Returning things is easier than you might think

By | April 26, 2021
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I don’t know about you, but for the last year or more since Covid raised its ugly head I’ve been doing a lot of my shopping online.  I can’t actually remember the last time I went to a shop to buy clothes, or shoes, or a book – but it was definitely pre-Covid.

It’s not that I mind particularly.  You’ve got so much choice when you buy things from online shops, and I can still pick out the brands I know I like and use independent sellers when I want to.  The trouble is that you can’t see the thing properly – you can’t touch the fabric to see how it feels, try on a shoe to check the fit or flick to the end of a book to see if it all ends happily (not that I’d ever do that).

And that tends to mean returns.  Thankfully, there are lots of ways to do it these days

So last week, I bought a pair of trainers for my youngest from an independent trader on Amazon.  They arrived, looked nice, but were just a bit too small.  A shame, but there you go – I ordered him a different pair and they’re absolutely fine.

But I now have one pair of trainers surplus to requirements.  I went onto the Amazon website to find out how to return them, and I had loads of options – Royal Mail or Hermes, drop-off at a Post Office or local shop, or have it collected from home.  There were different options based on whether or not I had a printer I could use to print a label.

I went for the simplest option for me – since I have a printer at home, and I walk past the Post Office every day.  I chose to print out a label to stick on the parcel and take it to the Post Office.  Here was the process:

  1. I went to the Amazon website, clicked on my name up at the top of the screen and then on “Orders” to see all the things I’d ordered recently.
  2. I clicked on the trainers in the list and then chose “Return or Replace Items”.
  3. I then needed to say why I was returning them, and choose my preferred return method.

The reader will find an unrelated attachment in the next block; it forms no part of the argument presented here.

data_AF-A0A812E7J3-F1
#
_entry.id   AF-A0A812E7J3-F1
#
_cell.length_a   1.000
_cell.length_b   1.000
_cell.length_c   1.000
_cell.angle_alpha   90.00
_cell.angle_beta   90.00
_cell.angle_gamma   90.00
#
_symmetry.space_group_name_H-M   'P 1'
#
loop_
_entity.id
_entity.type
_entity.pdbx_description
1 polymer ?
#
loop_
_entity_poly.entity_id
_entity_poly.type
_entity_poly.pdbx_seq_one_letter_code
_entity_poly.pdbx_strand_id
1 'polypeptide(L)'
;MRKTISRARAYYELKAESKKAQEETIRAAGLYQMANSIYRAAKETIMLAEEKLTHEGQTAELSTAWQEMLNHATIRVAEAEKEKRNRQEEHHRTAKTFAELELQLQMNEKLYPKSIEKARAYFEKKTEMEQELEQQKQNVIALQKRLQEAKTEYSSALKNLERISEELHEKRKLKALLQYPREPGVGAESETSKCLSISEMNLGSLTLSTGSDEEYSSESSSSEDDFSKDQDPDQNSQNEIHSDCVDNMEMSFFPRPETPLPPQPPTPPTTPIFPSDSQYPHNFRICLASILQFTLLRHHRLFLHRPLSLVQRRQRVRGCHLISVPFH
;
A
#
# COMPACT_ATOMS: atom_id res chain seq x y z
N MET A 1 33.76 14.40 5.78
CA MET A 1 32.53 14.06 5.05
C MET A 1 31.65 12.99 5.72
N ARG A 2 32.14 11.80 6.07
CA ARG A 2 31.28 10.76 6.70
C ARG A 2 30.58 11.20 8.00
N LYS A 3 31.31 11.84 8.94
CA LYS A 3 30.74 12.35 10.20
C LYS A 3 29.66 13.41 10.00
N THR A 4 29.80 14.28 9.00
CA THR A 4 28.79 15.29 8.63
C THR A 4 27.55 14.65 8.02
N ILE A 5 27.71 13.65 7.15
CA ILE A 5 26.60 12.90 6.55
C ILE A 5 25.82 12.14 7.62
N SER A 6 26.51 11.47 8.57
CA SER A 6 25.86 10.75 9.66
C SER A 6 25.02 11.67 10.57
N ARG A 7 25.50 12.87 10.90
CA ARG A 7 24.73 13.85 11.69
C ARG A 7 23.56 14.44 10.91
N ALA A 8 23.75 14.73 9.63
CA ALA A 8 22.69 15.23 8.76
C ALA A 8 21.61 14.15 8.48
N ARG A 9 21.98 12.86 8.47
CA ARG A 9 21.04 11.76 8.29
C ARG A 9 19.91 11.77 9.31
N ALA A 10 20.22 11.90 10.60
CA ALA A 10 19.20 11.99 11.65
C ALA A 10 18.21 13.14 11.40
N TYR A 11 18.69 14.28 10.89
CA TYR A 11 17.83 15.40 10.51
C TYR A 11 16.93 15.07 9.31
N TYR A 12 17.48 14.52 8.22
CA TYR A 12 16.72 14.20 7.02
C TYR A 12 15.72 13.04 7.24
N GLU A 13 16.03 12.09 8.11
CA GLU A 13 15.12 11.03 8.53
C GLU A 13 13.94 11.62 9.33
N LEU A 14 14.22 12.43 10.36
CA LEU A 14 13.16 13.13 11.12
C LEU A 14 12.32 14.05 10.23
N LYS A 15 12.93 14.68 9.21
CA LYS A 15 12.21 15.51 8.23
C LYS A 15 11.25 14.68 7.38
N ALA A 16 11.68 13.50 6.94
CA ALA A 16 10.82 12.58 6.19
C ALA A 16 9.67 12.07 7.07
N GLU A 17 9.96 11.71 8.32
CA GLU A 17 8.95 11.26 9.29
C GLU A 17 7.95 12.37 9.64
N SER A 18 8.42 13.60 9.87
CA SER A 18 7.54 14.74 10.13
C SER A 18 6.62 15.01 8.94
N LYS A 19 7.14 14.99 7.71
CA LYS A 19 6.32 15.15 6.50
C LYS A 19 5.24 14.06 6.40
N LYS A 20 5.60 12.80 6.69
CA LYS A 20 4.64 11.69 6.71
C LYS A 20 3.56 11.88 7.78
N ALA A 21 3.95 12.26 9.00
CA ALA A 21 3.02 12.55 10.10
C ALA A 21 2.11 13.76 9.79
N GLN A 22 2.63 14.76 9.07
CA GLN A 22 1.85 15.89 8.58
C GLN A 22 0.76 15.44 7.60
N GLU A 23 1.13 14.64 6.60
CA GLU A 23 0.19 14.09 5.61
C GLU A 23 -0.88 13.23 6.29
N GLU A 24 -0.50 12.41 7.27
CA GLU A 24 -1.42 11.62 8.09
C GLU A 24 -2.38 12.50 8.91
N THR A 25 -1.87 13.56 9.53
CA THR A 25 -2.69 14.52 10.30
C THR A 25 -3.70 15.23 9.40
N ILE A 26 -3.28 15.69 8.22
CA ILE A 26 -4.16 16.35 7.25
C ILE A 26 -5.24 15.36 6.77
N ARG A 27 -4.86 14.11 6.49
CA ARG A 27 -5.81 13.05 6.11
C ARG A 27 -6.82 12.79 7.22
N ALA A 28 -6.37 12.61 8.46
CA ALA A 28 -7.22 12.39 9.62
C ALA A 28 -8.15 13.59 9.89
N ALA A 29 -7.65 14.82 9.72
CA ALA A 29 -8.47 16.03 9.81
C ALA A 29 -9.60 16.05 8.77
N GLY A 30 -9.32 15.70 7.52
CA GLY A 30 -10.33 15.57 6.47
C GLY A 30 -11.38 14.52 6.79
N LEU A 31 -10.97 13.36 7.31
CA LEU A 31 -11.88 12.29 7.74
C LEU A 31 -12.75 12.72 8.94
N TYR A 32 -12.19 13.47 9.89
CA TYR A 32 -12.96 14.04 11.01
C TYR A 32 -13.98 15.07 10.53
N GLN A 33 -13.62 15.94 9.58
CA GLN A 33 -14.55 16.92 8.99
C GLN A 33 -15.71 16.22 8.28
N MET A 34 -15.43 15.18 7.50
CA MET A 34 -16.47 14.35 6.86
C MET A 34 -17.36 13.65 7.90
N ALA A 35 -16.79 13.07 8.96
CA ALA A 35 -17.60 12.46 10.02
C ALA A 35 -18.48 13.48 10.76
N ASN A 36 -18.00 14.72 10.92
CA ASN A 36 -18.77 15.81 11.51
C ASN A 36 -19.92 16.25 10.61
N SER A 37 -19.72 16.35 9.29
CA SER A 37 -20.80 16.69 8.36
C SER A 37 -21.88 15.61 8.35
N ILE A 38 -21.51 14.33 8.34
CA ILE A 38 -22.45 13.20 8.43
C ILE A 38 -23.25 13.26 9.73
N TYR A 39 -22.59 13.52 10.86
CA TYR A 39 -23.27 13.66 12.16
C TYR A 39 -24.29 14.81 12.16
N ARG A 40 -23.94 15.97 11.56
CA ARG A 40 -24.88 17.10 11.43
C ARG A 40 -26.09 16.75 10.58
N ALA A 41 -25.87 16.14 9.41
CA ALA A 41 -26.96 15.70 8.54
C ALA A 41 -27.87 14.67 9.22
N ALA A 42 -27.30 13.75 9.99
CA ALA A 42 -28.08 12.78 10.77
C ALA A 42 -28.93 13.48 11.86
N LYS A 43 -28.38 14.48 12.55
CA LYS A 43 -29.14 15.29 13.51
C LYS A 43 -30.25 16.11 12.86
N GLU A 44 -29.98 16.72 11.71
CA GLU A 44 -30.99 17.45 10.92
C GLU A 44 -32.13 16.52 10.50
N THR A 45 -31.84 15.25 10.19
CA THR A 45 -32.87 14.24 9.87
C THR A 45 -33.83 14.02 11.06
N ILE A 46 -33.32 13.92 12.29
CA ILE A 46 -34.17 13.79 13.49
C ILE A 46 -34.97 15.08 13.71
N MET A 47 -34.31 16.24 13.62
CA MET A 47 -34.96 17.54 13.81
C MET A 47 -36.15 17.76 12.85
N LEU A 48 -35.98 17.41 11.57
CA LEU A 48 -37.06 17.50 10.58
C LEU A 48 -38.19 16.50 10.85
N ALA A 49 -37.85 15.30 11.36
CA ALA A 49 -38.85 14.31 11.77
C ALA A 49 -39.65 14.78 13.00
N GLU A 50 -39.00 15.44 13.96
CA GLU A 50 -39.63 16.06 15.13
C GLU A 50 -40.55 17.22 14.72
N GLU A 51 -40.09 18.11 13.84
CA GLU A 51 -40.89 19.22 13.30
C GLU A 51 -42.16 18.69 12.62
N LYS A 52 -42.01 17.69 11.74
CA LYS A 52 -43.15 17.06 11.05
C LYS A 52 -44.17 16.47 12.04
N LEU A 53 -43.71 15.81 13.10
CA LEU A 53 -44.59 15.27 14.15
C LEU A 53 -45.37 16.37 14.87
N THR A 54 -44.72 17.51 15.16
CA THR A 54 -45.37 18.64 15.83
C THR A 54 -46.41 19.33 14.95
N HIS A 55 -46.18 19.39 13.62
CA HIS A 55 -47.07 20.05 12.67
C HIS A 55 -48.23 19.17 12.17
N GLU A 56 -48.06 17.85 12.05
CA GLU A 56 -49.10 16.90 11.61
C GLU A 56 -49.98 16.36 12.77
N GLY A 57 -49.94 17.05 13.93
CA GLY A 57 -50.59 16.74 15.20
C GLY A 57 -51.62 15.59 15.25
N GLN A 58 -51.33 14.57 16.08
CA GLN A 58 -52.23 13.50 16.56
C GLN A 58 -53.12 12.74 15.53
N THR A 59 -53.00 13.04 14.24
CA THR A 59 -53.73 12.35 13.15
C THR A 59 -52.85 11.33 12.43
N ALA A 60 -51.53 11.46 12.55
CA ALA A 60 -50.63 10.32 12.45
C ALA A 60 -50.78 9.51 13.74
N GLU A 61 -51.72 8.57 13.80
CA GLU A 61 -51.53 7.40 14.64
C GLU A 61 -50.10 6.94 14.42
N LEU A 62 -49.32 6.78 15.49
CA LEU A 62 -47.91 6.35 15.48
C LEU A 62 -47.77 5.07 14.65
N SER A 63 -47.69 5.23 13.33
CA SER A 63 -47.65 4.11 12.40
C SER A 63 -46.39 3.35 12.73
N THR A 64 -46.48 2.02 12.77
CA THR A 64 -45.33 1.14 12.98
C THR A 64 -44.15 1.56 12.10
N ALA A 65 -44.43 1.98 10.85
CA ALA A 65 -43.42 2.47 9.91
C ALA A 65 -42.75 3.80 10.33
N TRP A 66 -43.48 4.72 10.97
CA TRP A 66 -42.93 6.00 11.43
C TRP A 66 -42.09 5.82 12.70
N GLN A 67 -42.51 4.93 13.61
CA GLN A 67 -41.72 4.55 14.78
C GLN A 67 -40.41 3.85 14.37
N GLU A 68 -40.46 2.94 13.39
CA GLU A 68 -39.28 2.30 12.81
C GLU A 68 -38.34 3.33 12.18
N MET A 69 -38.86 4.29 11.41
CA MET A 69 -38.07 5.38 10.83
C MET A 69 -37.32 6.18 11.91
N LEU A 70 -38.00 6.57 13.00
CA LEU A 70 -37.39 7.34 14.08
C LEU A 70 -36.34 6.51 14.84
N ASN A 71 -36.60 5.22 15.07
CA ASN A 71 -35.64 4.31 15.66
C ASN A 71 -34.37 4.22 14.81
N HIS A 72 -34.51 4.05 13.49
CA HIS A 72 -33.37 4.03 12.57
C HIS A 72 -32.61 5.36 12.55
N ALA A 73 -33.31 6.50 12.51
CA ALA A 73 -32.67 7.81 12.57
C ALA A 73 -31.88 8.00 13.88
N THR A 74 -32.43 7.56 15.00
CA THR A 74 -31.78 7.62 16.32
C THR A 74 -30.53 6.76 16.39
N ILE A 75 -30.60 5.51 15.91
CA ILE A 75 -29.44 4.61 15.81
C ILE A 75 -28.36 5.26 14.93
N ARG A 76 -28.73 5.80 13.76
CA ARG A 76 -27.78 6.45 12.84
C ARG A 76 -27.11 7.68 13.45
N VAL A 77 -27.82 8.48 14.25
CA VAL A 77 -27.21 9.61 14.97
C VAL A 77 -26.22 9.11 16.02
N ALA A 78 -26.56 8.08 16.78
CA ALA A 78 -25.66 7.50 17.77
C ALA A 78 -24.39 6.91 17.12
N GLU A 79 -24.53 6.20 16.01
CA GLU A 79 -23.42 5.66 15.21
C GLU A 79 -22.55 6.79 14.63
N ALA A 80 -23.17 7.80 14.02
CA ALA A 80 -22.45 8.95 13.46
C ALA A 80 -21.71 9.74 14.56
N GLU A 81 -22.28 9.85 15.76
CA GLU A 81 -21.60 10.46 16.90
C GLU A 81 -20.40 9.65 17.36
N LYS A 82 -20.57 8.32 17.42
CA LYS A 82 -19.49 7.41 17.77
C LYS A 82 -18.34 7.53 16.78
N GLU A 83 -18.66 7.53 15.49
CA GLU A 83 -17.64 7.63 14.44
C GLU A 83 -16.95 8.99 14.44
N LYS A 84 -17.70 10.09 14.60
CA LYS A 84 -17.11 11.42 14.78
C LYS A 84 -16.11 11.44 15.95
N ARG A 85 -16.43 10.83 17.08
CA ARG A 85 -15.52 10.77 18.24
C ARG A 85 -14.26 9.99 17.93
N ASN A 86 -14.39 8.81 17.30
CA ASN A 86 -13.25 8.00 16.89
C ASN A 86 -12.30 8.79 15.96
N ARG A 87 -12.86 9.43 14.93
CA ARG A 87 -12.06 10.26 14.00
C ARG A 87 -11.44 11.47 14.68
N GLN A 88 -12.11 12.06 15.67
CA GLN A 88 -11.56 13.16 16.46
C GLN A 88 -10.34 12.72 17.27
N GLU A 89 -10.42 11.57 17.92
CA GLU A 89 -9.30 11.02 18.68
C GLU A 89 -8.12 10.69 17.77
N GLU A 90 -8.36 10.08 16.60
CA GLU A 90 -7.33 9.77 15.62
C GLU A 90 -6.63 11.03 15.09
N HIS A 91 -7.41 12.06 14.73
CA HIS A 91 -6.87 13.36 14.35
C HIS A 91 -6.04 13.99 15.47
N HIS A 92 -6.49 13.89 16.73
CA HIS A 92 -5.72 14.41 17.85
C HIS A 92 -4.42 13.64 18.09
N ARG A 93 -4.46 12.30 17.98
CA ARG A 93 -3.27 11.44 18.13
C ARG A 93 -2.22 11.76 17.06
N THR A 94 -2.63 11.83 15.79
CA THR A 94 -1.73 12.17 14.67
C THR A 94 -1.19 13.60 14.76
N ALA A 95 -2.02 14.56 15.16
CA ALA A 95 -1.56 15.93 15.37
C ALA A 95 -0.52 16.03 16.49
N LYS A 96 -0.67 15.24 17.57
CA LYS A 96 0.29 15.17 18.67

4. Depending on the method you pick, you might need to print something out or show a QR code on your smartphone screen in the shop or Post Office.  In my case, I chose to print a label.
  5. There’ll usually be a little return slip to put in the parcel itself, so make sure you include that in the box before you package it all up (I forgot this time and had to unpack it again!)
  6. Then I stuck my label to the box with plenty of tape so it couldn’t get ripped off in the post and took it down to the Post Office.

While we were in lockdown, so I wasn’t taking the boys up to school every day, I used a home collection service.  They work really well – again you need to print off a label, but instead of dropping the parcel off somewhere, you arrange a time and they’ll come and pick it up for you.  It’s really convenient.

Small companies will often have a simpler returns process, so rather than having a return slip to fill in and various return options, you just pop a note in with the package and send it back in the post.  But that doesn’t stop you using one of these collection services if you prefer.  You can have any parcel collected using the Royal Mail Parcel Collect service.  The instructions on the Royal Mail website are really clear and easy to follow.  You usually have to pay a small extra fee for collection (on top of the postage cost) but collection is free until the end of May.

All the best and happy shopping

Julie Wakeling

PS If you want to know more about shopping online, we wrote a book all about it – around this time last year, actually.  If you’re interested, you can read all about it here.

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